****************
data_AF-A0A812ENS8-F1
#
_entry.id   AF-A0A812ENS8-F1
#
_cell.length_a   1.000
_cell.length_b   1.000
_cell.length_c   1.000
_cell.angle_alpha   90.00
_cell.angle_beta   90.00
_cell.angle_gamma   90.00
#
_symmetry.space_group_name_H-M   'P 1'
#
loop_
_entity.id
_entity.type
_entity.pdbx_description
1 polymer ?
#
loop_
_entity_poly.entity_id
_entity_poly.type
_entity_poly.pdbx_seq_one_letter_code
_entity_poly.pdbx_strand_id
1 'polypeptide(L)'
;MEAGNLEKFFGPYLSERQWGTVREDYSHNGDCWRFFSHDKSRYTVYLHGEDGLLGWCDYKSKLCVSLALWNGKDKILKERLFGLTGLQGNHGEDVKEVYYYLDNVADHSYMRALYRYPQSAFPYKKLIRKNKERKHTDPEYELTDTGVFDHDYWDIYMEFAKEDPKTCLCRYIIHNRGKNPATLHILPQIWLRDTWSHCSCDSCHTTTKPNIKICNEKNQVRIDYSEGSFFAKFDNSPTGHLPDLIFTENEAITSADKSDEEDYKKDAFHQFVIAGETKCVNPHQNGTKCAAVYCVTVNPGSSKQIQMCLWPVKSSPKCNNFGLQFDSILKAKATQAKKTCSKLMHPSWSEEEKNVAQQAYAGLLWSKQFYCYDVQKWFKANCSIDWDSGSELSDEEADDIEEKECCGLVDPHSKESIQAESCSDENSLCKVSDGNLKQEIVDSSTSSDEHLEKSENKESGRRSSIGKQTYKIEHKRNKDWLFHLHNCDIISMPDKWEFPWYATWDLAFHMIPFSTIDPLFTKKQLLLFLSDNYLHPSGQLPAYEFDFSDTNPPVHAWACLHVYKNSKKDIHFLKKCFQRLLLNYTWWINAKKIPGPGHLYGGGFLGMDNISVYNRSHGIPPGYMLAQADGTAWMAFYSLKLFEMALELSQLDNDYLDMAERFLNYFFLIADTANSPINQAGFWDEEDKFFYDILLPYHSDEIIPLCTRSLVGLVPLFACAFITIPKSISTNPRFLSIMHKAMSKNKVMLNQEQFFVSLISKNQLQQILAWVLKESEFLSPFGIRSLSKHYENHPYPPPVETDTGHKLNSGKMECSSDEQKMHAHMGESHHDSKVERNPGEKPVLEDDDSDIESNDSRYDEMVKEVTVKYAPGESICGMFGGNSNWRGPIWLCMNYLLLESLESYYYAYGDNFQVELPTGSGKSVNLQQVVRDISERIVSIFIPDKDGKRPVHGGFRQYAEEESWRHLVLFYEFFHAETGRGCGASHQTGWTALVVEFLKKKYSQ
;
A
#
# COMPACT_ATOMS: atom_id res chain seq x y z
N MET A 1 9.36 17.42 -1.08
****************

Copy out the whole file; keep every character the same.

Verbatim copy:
data_AF-A0A812ENS8-F1
#
_entry.id   AF-A0A812ENS8-F1
#
_cell.length_a   1.000
_cell.length_b   1.000
_cell.length_c   1.000
_cell.angle_alpha   90.00
_cell.angle_beta   90.00
_cell.angle_gamma   90.00
#
_symmetry.space_group_name_H-M   'P 1'
#
loop_
_entity.id
_entity.type
_entity.pdbx_description
1 polymer ?
#
loop_
_entity_poly.entity_id
_entity_poly.type
_entity_poly.pdbx_seq_one_letter_code
_entity_poly.pdbx_strand_id
1 'polypeptide(L)'
;MEAGNLEKFFGPYLSERQWGTVREDYSHNGDCWRFFSHDKSRYTVYLHGEDGLLGWCDYKSKLCVSLALWNGKDKILKERLFGLTGLQGNHGEDVKEVYYYLDNVADHSYMRALYRYPQSAFPYKKLIRKNKERKHTDPEYELTDTGVFDHDYWDIYMEFAKEDPKTCLCRYIIHNRGKNPATLHILPQIWLRDTWSHCSCDSCHTTTKPNIKICNEKNQVRIDYSEGSFFAKFDNSPTGHLPDLIFTENEAITSADKSDEEDYKKDAFHQFVIAGETKCVNPHQNGTKCAAVYCVTVNPGSSKQIQMCLWPVKSSPKCNNFGLQFDSILKAKATQAKKTCSKLMHPSWSEEEKNVAQQAYAGLLWSKQFYCYDVQKWFKANCSIDWDSGSELSDEEADDIEEKECCGLVDPHSKESIQAESCSDENSLCKVSDGNLKQEIVDSSTSSDEHLEKSENKESGRRSSIGKQTYKIEHKRNKDWLFHLHNCDIISMPDKWEFPWYATWDLAFHMIPFSTIDPLFTKKQLLLFLSDNYLHPSGQLPAYEFDFSDTNPPVHAWACLHVYKNSKKDIHFLKKCFQRLLLNYTWWINAKKIPGPGHLYGGGFLGMDNISVYNRSHGIPPGYMLAQADGTAWMAFYSLKLFEMALELSQLDNDYLDMAERFLNYFFLIADTANSPINQAGFWDEEDKFFYDILLPYHSDEIIPLCTRSLVGLVPLFACAFITIPKSISTNPRFLSIMHKAMSKNKVMLNQEQFFVSLISKNQLQQILAWVLKESEFLSPFGIRSLSKHYENHPYPPPVETDTGHKLNSGKMECSSDEQKMHAHMGESHHDSKVERNPGEKPVLEDDDSDIESNDSRYDEMVKEVTVKYAPGESICGMFGGNSNWRGPIWLCMNYLLLESLESYYYAYGDNFQVELPTGSGKSVNLQQVVRDISERIVSIFIPDKDGKRPVHGGFRQYAEEESWRHLVLFYEFFHAETGRGCGASHQTGWTALVVEFLKKKYSQ
;
A
#
# COMPACT_ATOMS: atom_id res chain seq x y z
N MET A 1 9.36 17.42 -1.08